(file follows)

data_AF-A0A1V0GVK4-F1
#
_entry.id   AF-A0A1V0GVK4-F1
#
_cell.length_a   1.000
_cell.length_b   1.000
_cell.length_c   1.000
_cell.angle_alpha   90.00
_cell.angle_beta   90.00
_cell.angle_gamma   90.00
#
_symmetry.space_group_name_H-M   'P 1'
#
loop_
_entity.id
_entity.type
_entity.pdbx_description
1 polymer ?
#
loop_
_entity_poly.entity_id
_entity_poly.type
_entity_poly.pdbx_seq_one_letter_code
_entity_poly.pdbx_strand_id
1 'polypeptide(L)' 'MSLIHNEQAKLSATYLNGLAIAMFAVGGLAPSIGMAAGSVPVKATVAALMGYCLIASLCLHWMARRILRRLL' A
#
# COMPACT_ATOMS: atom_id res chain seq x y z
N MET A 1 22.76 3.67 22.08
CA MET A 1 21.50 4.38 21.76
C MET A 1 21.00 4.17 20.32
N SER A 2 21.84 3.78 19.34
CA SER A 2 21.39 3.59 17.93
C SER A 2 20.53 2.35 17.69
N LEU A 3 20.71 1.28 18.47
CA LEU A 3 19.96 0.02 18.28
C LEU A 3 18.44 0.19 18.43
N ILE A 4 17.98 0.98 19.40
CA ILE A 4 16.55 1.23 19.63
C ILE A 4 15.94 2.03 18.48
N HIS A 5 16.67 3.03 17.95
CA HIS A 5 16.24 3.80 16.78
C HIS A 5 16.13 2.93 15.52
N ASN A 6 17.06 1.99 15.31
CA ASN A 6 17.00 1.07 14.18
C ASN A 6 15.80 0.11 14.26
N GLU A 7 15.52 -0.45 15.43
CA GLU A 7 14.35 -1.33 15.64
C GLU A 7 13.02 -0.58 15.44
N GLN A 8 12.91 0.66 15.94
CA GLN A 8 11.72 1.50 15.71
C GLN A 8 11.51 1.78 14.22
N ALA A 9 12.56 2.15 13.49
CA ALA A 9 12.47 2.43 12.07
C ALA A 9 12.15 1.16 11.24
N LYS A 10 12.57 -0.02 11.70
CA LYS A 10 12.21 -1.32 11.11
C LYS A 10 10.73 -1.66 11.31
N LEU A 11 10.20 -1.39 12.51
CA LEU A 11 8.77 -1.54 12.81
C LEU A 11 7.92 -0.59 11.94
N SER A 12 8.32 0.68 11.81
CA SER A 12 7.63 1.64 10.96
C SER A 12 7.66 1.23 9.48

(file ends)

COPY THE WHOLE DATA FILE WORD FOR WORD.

data_AF-A0A1V0GVK4-F1
#
_entry.id   AF-A0A1V0GVK4-F1
#
_cell.length_a   1.000
_cell.length_b   1.000
_cell.length_c   1.000
_cell.angle_alpha   90.00
_cell.angle_beta   90.00
_cell.angle_gamma   90.00
#
_symmetry.space_group_name_H-M   'P 1'
#
loop_
_entity.id
_entity.type
_entity.pdbx_description
1 polymer ?
#
loop_
_entity_poly.entity_id
_entity_poly.type
_entity_poly.pdbx_seq_one_letter_code
_entity_poly.pdbx_strand_id
1 'polypeptide(L)' 'MSLIHNEQAKLSATYLNGLAIAMFAVGGLAPSIGMAAGSVPVKATVAALMGYCLIASLCLHWMARRILRRLL' A
#
# COMPACT_ATOMS: atom_id res chain seq x y z
N MET A 1 22.76 3.67 22.08
CA MET A 1 21.50 4.38 21.76
C MET A 1 21.00 4.17 20.32
N SER A 2 21.84 3.78 19.34
CA SER A 2 21.39 3.59 17.93
C SER A 2 20.53 2.35 17.69
N LEU A 3 20.71 1.28 18.47
CA LEU A 3 19.96 0.02 18.28
C LEU A 3 18.44 0.19 18.43
N ILE A 4 17.98 0.98 19.40
CA ILE A 4 16.55 1.23 19.63
C ILE A 4 15.94 2.03 18.48
N HIS A 5 16.67 3.03 17.95
CA HIS A 5 16.24 3.80 16.78
C HIS A 5 16.13 2.93 15.52
N ASN A 6 17.06 1.99 15.31
CA ASN A 6 17.00 1.07 14.18
C ASN A 6 15.80 0.11 14.26
N GLU A 7 15.52 -0.45 15.43
CA GLU A 7 14.35 -1.33 15.64
C GLU A 7 13.02 -0.58 15.44
N GLN A 8 12.91 0.66 15.94
CA GLN A 8 11.72 1.50 15.71
C GLN A 8 11.51 1.78 14.22
N ALA A 9 12.56 2.15 13.49
CA ALA A 9 12.47 2.43 12.07
C ALA A 9 12.15 1.16 11.24
N LYS A 10 12.57 -0.02 11.70
CA LYS A 10 12.21 -1.32 11.11
C LYS A 10 10.73 -1.66 11.31
N LEU A 11 10.20 -1.39 12.51
CA LEU A 11 8.77 -1.54 12.81
C LEU A 11 7.92 -0.59 11.94
N SER A 12 8.32 0.68 11.81
CA SER A 12 7.63 1.64 10.96
C SER A 12 7.66 1.23 9.48